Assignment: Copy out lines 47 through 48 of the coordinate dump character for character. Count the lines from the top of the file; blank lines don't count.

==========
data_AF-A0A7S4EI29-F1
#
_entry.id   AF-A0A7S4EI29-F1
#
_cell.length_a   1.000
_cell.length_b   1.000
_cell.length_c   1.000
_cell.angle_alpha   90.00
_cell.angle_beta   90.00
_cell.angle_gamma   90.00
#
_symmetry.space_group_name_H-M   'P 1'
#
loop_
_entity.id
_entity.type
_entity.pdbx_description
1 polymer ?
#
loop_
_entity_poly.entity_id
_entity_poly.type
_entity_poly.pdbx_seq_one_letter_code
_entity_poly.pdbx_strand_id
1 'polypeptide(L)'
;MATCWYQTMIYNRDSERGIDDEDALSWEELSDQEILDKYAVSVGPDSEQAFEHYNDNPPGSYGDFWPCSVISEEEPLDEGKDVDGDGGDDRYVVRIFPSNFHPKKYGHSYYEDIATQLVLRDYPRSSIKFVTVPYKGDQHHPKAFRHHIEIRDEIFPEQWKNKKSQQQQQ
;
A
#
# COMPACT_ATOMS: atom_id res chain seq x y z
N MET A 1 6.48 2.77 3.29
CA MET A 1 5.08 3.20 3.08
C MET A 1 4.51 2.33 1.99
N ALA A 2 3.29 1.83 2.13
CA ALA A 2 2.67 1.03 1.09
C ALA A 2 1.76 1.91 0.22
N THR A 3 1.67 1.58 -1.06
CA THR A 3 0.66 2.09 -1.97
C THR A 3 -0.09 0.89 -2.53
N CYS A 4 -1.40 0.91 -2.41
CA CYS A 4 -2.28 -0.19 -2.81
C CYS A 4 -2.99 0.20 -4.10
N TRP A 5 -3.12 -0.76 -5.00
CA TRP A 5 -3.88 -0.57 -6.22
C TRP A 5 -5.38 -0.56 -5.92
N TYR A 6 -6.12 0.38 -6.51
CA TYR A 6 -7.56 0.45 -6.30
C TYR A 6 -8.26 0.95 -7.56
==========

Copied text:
CA TYR A 6 -7.56 0.45 -6.30
C TYR A 6 -8.26 0.95 -7.56